The mobile phone all but killed-off the public payphone, but the ruins of the once-mighty public phone remain. According to The Atlantic, it wasn’t just cellular technology that killed the payphone–a wave of anti-public phone policies swept the United States in the 1990’s. Why? Criminals loved payphones and lawmakers were trying to interrupt business for drug dealers, illegal gambling outfits and anything else you can think of.
Racketeering aside, in the post-COVID-19 world, it seems hard to imagine picking up a phone used by countless individuals and holding it to your ear. Still, cell phones make better vectors than you might think. According to a 2017 Time Magazine article, your mobile phone is “dirtier than a toilet seat.” In fact, a study by the University of Arizona showed that cell phones carry 10-times more bacteria than a toilet seat on average. And with that lovely image now implanted in your mind, let’s look at some images of old payphones around Sherman Oaks and Studio City.
As a rule of thumb, it’s unwise to open boxes that urge you to open them, but what’s life without a little adventure? I opened this box on Whitsett and Riverside near Val Surf.
Unfortunately, the only adventure to be found inside this box was a moldy hoody that fell out when I opened it, a bag of dog poop and some other bits of trash. I wonder if some cheeky resident who mounted the plywood door on this old pay phone stand had left something more fanciful inside. If so, it has since been pilfered.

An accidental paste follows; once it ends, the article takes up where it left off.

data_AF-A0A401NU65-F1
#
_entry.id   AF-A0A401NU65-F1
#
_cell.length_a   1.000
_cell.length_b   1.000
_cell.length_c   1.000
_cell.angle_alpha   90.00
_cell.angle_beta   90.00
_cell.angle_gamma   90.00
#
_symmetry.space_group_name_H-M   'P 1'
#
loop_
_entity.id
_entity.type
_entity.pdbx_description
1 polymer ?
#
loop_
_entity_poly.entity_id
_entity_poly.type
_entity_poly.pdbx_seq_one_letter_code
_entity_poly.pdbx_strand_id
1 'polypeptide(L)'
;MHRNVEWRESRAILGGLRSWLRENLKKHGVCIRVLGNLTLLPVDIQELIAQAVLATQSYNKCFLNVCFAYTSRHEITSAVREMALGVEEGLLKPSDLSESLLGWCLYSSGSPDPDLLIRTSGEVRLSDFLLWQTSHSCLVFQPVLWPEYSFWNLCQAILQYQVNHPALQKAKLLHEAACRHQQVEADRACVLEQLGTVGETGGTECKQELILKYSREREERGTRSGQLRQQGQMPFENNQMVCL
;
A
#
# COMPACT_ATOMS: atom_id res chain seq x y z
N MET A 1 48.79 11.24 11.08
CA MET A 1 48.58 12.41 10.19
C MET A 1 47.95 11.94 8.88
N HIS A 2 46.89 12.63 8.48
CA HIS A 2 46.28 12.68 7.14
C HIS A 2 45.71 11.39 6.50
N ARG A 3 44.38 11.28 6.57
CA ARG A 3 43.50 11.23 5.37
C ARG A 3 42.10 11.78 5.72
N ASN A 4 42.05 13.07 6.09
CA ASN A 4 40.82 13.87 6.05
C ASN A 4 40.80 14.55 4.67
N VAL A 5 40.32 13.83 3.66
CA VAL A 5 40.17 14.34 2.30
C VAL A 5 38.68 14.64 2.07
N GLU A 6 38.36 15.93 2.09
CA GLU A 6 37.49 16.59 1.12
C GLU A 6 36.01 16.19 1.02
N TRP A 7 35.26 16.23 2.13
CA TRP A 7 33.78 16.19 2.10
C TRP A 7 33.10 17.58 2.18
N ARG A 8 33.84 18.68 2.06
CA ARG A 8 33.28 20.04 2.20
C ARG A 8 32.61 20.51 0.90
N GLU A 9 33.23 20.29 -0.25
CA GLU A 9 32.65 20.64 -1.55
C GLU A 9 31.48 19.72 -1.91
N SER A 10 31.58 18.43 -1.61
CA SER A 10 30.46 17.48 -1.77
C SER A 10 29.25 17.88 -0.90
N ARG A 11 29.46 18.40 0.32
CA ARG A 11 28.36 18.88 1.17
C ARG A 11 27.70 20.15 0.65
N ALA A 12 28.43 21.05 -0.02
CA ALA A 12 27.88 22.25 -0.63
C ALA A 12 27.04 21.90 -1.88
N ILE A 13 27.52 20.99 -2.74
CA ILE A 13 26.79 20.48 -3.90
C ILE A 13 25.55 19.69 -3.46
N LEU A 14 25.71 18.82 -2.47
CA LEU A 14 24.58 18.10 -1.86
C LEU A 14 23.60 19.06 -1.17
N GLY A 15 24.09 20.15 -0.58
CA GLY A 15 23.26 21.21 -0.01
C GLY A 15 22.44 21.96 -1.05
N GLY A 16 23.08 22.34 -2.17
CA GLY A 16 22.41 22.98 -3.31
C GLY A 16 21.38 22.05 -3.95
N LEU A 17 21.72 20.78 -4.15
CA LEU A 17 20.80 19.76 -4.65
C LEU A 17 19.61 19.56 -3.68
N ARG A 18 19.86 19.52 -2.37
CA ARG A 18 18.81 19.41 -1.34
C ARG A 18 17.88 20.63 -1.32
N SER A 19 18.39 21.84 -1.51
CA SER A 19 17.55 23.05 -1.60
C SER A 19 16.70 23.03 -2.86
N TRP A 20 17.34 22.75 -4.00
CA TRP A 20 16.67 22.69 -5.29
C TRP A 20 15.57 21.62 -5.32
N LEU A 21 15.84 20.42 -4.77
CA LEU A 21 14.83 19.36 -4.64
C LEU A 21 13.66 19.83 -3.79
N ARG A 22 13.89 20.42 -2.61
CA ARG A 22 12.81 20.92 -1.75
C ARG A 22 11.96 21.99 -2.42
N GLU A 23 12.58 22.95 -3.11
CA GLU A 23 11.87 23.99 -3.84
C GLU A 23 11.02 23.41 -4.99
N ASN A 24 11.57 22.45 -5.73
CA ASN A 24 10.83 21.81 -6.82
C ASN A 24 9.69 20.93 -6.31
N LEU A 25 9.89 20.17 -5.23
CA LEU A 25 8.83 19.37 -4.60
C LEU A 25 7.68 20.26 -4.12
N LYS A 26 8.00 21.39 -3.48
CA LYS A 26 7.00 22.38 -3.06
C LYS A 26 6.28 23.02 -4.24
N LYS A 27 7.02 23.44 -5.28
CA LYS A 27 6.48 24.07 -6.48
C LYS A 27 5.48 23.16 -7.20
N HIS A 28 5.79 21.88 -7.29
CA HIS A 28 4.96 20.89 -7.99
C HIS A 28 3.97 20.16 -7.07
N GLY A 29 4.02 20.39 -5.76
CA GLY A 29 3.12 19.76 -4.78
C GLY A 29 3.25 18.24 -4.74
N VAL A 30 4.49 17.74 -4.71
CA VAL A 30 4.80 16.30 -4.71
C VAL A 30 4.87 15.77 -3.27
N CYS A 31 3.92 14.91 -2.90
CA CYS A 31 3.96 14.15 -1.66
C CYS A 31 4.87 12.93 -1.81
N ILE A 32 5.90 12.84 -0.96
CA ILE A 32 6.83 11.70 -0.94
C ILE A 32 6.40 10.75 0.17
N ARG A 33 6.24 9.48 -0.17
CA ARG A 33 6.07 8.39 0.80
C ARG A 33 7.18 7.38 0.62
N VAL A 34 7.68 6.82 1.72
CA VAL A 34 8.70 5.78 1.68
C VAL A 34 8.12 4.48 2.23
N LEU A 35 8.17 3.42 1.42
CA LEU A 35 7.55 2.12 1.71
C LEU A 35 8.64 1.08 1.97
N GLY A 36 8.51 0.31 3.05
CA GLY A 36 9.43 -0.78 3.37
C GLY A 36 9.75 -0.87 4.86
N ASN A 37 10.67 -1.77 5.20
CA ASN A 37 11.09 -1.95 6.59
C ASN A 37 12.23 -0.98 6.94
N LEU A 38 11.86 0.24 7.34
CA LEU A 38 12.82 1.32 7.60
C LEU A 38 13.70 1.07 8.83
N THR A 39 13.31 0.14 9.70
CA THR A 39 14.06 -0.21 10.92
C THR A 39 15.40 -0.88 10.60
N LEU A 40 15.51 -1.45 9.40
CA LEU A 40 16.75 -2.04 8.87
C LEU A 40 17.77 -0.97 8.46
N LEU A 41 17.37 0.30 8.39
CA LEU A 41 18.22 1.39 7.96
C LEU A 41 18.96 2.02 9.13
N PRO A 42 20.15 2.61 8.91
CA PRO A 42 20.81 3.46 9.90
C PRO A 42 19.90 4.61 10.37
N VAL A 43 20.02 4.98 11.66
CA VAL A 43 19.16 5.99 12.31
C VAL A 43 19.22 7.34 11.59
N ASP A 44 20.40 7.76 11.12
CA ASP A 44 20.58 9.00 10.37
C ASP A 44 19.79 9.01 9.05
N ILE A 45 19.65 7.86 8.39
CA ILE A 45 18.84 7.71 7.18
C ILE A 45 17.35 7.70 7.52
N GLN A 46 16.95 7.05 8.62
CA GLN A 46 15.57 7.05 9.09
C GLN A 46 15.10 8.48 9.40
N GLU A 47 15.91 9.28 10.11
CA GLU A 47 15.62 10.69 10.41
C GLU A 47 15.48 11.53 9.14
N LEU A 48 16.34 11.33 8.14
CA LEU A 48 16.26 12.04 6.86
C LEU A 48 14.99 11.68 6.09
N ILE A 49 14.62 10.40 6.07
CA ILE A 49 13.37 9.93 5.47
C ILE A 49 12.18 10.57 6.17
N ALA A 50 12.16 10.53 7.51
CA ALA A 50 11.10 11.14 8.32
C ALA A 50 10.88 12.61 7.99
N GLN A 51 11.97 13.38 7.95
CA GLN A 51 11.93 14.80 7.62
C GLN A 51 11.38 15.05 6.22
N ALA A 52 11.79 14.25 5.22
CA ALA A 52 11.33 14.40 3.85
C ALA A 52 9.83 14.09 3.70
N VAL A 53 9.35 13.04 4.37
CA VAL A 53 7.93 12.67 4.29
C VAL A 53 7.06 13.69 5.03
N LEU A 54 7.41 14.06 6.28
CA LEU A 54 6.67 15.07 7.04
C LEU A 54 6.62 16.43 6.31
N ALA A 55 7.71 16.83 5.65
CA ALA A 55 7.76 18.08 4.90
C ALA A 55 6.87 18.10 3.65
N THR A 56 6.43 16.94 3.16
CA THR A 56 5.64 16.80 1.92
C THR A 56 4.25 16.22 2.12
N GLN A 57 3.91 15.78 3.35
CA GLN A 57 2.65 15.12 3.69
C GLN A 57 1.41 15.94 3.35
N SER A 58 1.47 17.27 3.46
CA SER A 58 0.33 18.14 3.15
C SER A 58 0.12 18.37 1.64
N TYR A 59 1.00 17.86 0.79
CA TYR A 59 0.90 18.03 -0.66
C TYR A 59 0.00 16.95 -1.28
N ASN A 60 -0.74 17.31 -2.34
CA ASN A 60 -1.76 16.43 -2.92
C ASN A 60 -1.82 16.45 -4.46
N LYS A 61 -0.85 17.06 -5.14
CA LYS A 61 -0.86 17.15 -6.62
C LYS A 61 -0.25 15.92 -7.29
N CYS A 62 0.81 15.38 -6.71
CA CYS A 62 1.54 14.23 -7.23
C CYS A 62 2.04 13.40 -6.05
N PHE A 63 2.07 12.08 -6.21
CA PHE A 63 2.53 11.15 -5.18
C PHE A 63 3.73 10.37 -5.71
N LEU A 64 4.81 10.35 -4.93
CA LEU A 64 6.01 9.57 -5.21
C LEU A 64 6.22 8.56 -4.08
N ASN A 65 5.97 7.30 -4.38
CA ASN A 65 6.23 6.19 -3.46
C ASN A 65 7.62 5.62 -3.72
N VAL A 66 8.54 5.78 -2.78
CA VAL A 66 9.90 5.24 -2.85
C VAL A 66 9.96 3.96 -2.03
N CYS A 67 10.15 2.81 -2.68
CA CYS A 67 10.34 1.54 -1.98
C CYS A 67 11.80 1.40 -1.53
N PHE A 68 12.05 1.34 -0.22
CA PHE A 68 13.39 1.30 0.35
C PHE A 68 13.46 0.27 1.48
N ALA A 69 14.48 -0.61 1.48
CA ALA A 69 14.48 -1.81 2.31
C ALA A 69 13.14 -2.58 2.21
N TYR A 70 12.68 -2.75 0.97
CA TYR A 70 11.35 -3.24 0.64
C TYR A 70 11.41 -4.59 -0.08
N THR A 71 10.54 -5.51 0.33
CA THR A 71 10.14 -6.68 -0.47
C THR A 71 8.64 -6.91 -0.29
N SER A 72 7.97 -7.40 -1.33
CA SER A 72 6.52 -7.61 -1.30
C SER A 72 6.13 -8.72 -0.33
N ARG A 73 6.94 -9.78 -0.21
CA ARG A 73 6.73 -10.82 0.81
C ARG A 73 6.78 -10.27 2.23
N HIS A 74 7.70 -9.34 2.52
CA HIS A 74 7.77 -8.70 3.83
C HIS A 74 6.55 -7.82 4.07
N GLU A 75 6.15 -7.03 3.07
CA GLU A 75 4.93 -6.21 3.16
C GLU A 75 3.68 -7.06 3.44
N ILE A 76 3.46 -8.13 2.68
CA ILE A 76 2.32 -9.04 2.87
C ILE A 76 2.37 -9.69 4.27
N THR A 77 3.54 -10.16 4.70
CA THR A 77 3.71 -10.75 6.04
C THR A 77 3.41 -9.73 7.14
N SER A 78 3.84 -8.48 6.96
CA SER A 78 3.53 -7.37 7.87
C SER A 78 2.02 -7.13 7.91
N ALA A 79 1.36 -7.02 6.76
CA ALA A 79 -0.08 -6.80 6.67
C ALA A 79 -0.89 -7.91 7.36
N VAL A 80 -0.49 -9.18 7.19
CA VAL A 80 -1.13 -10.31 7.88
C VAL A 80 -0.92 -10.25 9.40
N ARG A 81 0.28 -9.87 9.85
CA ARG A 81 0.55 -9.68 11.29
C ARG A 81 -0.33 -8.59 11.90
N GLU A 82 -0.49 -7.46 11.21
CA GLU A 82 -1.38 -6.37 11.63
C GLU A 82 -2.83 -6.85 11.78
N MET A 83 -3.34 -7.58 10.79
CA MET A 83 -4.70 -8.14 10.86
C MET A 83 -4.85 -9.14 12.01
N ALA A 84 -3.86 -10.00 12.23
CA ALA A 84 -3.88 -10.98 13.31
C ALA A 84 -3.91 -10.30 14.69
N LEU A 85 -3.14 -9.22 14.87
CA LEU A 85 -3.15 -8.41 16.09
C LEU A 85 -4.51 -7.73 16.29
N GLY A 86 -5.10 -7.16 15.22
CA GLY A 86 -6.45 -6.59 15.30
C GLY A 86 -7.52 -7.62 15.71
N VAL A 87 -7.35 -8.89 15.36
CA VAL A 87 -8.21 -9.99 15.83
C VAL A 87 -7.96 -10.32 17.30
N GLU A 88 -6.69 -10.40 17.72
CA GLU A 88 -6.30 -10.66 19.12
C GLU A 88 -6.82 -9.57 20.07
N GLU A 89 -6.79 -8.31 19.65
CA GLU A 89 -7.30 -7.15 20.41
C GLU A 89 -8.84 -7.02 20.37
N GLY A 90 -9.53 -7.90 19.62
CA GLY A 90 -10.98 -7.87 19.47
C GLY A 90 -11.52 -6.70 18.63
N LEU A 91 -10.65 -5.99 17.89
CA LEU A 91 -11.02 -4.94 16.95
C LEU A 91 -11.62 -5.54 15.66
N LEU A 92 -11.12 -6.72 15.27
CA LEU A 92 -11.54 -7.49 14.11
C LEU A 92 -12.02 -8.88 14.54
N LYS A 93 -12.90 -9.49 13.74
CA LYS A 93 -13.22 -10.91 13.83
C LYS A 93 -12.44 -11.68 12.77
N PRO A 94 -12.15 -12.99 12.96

Twins! These two are outside Fashion Square Car Wash at Woodman and the 101 Freeway. You can imagine the days when someone’s car would break down on the freeway and they would have to walk to these two to call a tow truck.
Here’s another angle of the twins. You can see the freeway in the background on the right.
This payphone outside the Whitefire Theatre on Ventura Boulevard is actually fully intact with the phone and the phonebook case. It reminds me of a payphone near my house when I was about eight years old. My siblings and I had the number memorized and we would call the phone as people passed by. It was a treat being able to see your prank call victim reacting as you pranked them.
Here’s one that has been completely gutted near Pico Pica Rico Restaurant on Magnolia Boulevard and Kester Avenue.
Here’s a photo of the same one near Pico Pica Rico that was recently decorated with silk flowers. This photo was featured in March as one of our photos of the week. Thanks again to Meg Foss for her photo.
Here’s one with an extra tall flag sign attached that reads “Call anywhere in the continental U.S.A” but it’s now obscured with stickers. The sticker of “The Fonz” is a nice touch of nostalgia, within nostalgia, within nostalgia.
Another intact pay phone at Coldwater and Moorpark near M&M Market and The Little Brown Church.
Public payphones were everywhere and were a regular stop for most people until the early 2,000’s. Within a decade they were basically gone. Remember the days of always being sure to have change in your pocket in case you had to make a call? The payphone was a regular part of my life until I was out of high school. By then we were using prepaid phone cards. Then seemingly overnight, everyone had a flip phone.
We will be adding more to this collection, so check back in a few weeks if you liked it. If you have photos of phone booths in Sherman Oaks or Studio City, we’d love to share them. Send them to TheColdwaterStory@gmail.com